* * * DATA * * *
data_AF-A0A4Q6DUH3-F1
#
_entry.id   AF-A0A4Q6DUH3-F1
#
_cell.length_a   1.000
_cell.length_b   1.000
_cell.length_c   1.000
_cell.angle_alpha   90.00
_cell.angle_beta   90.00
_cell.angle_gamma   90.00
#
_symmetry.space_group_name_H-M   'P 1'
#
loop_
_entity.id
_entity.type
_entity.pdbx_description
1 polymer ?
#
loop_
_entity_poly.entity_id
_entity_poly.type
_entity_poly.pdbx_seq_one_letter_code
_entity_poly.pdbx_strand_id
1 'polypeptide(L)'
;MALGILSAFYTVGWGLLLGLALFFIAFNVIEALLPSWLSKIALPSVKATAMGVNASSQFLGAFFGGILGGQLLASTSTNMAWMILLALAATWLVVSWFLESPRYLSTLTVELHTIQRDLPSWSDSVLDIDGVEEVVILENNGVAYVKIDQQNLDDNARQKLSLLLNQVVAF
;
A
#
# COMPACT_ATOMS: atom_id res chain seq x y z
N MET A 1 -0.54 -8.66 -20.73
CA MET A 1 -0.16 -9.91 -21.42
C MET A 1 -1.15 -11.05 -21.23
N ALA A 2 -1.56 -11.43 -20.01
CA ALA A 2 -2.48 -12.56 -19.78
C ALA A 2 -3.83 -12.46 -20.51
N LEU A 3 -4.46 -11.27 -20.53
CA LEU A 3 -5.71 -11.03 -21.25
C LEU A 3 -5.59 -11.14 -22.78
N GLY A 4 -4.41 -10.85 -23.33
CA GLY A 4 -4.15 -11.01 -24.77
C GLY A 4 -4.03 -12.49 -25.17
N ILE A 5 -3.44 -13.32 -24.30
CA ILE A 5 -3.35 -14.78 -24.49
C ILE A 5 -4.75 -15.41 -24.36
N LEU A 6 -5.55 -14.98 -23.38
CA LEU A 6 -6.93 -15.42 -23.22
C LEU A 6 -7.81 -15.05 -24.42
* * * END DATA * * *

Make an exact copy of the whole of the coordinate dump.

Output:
data_AF-A0A4Q6DUH3-F1
#
_entry.id   AF-A0A4Q6DUH3-F1
#
_cell.length_a   1.000
_cell.length_b   1.000
_cell.length_c   1.000
_cell.angle_alpha   90.00
_cell.angle_beta   90.00
_cell.angle_gamma   90.00
#
_symmetry.space_group_name_H-M   'P 1'
#
loop_
_entity.id
_entity.type
_entity.pdbx_description
1 polymer ?
#
loop_
_entity_poly.entity_id
_entity_poly.type
_entity_poly.pdbx_seq_one_letter_code
_entity_poly.pdbx_strand_id
1 'polypeptide(L)'
;MALGILSAFYTVGWGLLLGLALFFIAFNVIEALLPSWLSKIALPSVKATAMGVNASSQFLGAFFGGILGGQLLASTSTNMAWMILLALAATWLVVSWFLESPRYLSTLTVELHTIQRDLPSWSDSVLDIDGVEEVVILENNGVAYVKIDQQNLDDNARQKLSLLLNQVVAF
;
A
#
# COMPACT_ATOMS: atom_id res chain seq x y z
N MET A 1 -0.54 -8.66 -20.73
CA MET A 1 -0.16 -9.91 -21.42
C MET A 1 -1.15 -11.05 -21.23
N ALA A 2 -1.56 -11.43 -20.01
CA ALA A 2 -2.48 -12.56 -19.78
C ALA A 2 -3.83 -12.46 -20.51
N LEU A 3 -4.46 -11.27 -20.53
CA LEU A 3 -5.71 -11.03 -21.25
C LEU A 3 -5.59 -11.14 -22.78
N GLY A 4 -4.41 -10.85 -23.33
CA GLY A 4 -4.15 -11.01 -24.77
C GLY A 4 -4.03 -12.49 -25.17
N ILE A 5 -3.44 -13.32 -24.30
CA ILE A 5 -3.35 -14.78 -24.49
C ILE A 5 -4.75 -15.41 -24.36
N LEU A 6 -5.55 -14.98 -23.38
CA LEU A 6 -6.93 -15.42 -23.22
C LEU A 6 -7.81 -15.05 -24.42